10 Good Happenings in 2012: A Retrospective for Hope in 2013

Posted: January 8, 2013 in Uncategorized

I look backwards, because I want to look forwards

I look backwards, because I desire to look forwards

1. Palestine was finally recognised, officially, as an independent state by the United Nations. Long overdue of course, but perhaps here is hope. Because this recognition is really the recognition of a people’s sovereignty, and the rights and freedoms that that signifies. But this recognition has yet to translate into meaningful action, so now, in 2013, we should renew our commitment to the rights and freedoms of the Palestinians, and all oppressed peoples.
2. The austerity agenda. Many remain sceptical, to say the least, about the need for the severe austerity measures, certainly in terms of how they’re being implemented and who they’re targeting. The UK government’s mantra of ‘We’re all in this together’ is obviously a damned lie, and that’s the all-important clue which reveals the Machiavellian interests at the heart of this agenda. I think the whole austerity narrative is a contrivance which the government is using, on behalf of the plutocratic elite they truly represent, to restructure society ideologically and really: it’s about facilitating greater top-down control and pooling yet more power in the hands of a domineering few. But, if their ultimate end is to be achieved, they must win the battle for minds – and they’re not winning. Despite a largely soporous and cahooting mainstream media, Net based campaigning organizations like UK Uncut, and Net based sources of analysis and opinion are steering more and more minds towards the truth. I feel that something’s going to give – is it revolution in the air?
3. The success of Net based campaigning organizations. Net based campaigning organizations such as Avaaz, 38 Degrees and Change.org were instrumental in some real successes for people power in 2012: the recognition of Palestine as the world’s 194th state; pressurising the Pakistani government to introduce a stipend programme for 3 million children to ensure that boys and girls receive a proper education; persuading the UK government to backtrack on plans to sell-off public forestry into private hands; helping to stymie legislation that would severely circumscribe Internet freedoms and transform the Net from a tool for personal emancipation and democratic engagement into one which primarily serves a corporate capitalist agenda; the list goes on… Naturally, many politicians are none too happy about these new platforms for exercising a real democratic voice: a fantastic reason to get involved if ever there was one! For too long we’ve been fobbed off with the fable that our governmental systems are democratic – but when election time shambles round the choice is overwhelmingly a choice between rhetorics rather than anything substantial. It’s a clever ruse, this so-called representative democracy; in truth it’s a cunning system that ensures the continued hegemony of plutocratic top-down control, and the last thing that feral elite wants is the proliferation of real democracy. So perhaps the most important service these campaigning organizations provide is their power to facilitate reflection on and participation with things that really matter – and in this foster the real spirit of democracy. Which, needless to say, bodes well – so long as the Internet remains free from repressive political interference.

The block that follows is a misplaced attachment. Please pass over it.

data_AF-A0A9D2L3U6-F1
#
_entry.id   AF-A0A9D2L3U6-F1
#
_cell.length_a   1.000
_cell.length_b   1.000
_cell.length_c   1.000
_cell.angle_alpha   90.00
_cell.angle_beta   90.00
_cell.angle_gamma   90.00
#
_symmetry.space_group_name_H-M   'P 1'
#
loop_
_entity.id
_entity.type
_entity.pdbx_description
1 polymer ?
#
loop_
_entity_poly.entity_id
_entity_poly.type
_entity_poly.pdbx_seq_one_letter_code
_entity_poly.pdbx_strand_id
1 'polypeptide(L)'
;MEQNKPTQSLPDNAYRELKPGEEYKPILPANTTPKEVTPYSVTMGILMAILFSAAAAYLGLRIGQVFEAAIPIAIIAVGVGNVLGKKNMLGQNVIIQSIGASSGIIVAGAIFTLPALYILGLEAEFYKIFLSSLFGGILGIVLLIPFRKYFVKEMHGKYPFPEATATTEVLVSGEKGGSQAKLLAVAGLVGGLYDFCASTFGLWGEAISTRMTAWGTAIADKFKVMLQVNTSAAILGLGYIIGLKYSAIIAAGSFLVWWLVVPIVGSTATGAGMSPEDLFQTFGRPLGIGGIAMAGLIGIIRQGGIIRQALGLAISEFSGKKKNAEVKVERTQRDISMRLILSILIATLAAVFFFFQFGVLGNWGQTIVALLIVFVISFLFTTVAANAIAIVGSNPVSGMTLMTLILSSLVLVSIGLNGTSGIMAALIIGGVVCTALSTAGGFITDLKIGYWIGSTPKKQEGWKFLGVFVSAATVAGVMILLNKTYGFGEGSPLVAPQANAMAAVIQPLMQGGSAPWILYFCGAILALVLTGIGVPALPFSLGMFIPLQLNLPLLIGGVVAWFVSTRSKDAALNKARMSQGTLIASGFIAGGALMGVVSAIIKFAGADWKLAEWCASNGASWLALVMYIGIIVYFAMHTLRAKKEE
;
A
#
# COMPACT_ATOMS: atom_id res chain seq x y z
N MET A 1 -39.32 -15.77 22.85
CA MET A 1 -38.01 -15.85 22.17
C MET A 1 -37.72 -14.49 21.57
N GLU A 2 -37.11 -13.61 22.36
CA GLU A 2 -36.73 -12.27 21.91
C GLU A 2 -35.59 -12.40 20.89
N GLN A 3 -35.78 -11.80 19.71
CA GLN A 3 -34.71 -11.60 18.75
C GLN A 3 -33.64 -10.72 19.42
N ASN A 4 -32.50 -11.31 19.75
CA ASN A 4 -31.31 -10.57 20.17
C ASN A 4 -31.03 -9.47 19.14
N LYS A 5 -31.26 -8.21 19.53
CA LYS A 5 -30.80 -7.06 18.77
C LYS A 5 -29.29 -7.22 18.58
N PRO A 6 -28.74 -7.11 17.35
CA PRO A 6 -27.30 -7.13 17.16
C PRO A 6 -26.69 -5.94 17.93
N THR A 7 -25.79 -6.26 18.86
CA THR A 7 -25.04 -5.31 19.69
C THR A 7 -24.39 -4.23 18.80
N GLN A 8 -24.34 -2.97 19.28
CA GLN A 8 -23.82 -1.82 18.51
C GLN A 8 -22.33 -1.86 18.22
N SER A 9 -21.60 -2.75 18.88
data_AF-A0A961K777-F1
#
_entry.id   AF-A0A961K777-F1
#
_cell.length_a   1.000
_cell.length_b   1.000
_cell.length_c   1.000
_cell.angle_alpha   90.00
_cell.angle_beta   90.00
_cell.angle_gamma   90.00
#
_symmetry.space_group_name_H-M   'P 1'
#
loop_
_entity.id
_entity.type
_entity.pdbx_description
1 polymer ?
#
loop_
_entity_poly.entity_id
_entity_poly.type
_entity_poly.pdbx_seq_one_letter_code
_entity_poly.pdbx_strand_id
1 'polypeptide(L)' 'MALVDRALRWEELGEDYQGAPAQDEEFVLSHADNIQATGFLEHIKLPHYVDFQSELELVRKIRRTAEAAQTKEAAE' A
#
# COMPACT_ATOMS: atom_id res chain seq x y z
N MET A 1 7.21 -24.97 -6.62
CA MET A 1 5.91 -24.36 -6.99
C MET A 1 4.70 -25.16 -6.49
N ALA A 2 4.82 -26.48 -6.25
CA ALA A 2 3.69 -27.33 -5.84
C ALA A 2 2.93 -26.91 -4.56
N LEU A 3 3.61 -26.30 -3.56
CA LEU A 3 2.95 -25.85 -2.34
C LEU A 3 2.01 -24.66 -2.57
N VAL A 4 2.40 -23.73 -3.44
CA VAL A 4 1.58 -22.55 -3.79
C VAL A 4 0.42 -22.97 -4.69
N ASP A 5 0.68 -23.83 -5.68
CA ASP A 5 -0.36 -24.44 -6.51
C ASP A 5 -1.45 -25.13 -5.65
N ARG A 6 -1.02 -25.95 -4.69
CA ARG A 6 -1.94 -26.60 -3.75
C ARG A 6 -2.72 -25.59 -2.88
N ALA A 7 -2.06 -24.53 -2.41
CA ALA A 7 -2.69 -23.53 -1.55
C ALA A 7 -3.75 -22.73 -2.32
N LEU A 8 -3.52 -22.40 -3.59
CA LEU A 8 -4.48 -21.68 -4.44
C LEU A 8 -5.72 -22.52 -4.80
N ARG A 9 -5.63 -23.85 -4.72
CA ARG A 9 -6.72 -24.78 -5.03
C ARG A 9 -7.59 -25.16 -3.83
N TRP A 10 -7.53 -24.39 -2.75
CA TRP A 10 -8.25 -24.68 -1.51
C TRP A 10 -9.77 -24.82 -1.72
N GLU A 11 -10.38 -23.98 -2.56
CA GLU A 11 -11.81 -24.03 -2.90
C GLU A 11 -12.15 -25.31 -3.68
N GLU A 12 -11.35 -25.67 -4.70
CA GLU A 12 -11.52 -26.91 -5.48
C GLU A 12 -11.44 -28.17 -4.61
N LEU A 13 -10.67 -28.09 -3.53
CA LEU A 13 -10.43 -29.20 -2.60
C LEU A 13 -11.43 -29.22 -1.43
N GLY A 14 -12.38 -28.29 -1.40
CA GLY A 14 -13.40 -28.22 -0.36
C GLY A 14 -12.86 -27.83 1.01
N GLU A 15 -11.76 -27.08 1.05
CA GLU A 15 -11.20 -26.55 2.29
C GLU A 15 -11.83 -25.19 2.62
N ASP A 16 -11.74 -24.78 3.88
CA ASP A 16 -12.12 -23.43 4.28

4. The Hillsborough disaster. At last! The official recognition that families, friends and campaigners fought so long and hard for: behind an obfuscation of lies and clandestine collusion, 96 gross miscarriages of justice ensued. Through 2012 and in recent years there has been a steady stream of exposés revealing the corruption that exists amongst those very people and in those very places that many might not have believed possible. Comforting as it may be for many to believe that those who attain positions of seniority in our institutions somehow stand atop metaphoric moral pedestals, society is not served if the truth is repressed. So in one sense the various unpalatable revelations of recent times might be made to work for the good, if they serve as a reality check and a call to action. There is, in my opinion, quite a discrepancy between how our institutions work in theory, and how they work in practice, and the morally and spiritually wayward all too easily find opportunities to abuse their positions of authority. I want the workings of our institutions made much more transparent, and more efficacious procedures for being held to account by the citizenry. For the Hillsborough victims, the fight for justice is not yet over: let’s hope and pray that the new inquest in 2013 points fingers of blame in the right directions.